Scottish generators, including Longannet, provide 12% of the electricity going into the British network, but pay 35% of the transmission charges. The Secretary of State has been in government for five years. What has he done to end that discrimination?

Photo of Alistair Carmichael Alistair Carmichael The Secretary of State for Scotland

The hon. Gentleman is well aware that transmission charging is the responsibility of Ofgem, the energy market regulator. He will also be aware of the work that Ofgem has been doing with other parts of the energy industry in relation to Project TransmiT.

Photo of Angus Robertson Angus Robertson Shadow SNP Spokesperson (Defence), Shadow SNP Spokesperson (Foreign and Commonwealth Office), Shadow SNP Westminster Group Leader

Last week, the First Minister wrote to the Prime Minister about this very subject, asking

“the UK Government to initiate a dedicated capacity assessment for Scotland, informed by stakeholder views, and take steps to transfer to the Scottish Parliament the authority to set our own national reliability standard for electricity.”

Having failed to end the discriminatory transmission charges, will the UK Government agree to those reasonable suggestions?

Photo of Alistair Carmichael Alistair Carmichael The Secretary of State for Scotland

The hon. Gentleman and the First Minister must both be aware that National Grid has a constant process of reviewing energy supply. The system operators in Scotland have stress-tested 140 scenarios in which Longannet and other Scottish fossil fuel generators were closed, and National Grid has the tools to keep the lights on in every one of those scenarios, including by being resilient against one-in-600-year risks. Those are the facts, and they are preferable to the sort of scaremongering that we hear from the nationalists.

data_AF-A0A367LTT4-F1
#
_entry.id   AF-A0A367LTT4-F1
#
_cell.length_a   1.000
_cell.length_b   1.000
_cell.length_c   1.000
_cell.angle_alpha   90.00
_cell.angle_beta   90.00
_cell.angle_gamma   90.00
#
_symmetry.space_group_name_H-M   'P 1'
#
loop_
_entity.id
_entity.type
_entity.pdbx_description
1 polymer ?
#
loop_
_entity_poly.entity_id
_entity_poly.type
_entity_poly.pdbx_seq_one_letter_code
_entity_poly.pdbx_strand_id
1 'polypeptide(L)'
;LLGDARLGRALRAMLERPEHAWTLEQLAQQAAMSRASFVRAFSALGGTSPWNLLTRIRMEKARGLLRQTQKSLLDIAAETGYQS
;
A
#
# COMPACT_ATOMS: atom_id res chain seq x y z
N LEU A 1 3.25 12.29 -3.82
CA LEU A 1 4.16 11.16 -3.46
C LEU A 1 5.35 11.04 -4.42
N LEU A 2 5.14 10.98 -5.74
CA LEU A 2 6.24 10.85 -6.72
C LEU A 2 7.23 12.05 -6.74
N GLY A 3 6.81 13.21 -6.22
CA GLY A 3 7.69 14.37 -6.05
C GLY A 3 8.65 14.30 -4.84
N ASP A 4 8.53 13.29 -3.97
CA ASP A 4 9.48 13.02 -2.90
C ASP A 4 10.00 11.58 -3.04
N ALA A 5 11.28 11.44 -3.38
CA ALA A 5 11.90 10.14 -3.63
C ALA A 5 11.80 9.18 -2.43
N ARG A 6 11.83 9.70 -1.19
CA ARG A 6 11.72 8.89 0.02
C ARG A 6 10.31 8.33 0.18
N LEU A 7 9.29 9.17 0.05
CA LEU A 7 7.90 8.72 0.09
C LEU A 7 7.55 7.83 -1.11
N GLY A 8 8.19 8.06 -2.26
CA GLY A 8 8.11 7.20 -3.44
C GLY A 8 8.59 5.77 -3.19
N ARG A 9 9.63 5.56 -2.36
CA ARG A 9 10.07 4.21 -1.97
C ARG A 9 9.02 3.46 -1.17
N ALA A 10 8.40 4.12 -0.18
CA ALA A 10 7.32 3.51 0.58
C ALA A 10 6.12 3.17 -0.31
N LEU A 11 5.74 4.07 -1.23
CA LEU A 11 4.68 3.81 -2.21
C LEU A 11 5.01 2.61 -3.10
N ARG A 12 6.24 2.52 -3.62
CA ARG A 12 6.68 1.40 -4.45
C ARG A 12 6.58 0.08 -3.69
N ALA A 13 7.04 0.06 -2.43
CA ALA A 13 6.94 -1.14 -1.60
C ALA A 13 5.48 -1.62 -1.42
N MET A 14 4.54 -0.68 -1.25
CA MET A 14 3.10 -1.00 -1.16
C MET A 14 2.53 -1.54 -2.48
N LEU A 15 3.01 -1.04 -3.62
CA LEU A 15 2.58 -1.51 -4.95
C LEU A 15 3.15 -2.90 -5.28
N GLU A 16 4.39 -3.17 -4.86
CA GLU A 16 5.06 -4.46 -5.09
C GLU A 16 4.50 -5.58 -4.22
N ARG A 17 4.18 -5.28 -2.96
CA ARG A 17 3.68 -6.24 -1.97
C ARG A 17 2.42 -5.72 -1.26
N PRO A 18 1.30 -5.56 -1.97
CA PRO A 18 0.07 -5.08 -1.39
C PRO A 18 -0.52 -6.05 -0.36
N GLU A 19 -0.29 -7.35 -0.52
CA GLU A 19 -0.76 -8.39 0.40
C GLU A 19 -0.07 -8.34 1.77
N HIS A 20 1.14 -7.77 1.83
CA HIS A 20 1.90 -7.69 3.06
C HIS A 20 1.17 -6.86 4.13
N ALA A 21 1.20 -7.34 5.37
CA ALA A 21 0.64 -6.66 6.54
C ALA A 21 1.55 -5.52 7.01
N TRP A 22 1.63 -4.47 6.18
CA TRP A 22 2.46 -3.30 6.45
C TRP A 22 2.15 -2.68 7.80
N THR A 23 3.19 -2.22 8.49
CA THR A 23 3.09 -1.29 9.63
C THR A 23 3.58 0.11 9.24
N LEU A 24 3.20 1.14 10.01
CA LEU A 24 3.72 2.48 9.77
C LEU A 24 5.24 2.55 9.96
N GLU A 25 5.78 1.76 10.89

Photo of Philip Hollobone Philip Hollobone Conservative, Kettering

But is the Secretary of State satisfied that the capacity of the electricity interconnector between Scotland and England is sufficient and will not act as a brake on competition in the supply and generating markets?

Photo of Alistair Carmichael Alistair Carmichael The Secretary of State for Scotland

That is exactly the kind of work that is within the ambit of National Grid and Ofgem.

Photo of Sandra Osborne Sandra Osborne Labour, Ayr, Carrick and Cumnock

I have raised many times the devastation caused by abandoned coal mines in my constituency. The Secretary of State will be aware of the proposal for an exemption from carbon price support, which would greatly help their restoration and create 1,000 jobs. Can we expect good news on this in the Budget, and does he agree that the Scottish Government should step up to the plate with some of their £500 million surplus to help the restoration?

Photo of Alistair Carmichael Alistair Carmichael The Secretary of State for Scotland

First, I am happy to pay tribute to the hon. Lady, who has been a doughty fighter for her constituents’ interests in this regard. As for what will be in the Budget, I am afraid that, like the rest of us, she will have to wait and see, although I can assure her that my Department remains engaged on this issue. We continue to work closely with the Scottish Government on their joint taskforce, which will next meet in March. My right hon. Friend the Under-Secretary of State for Scotland will represent the UK Government on that occasion.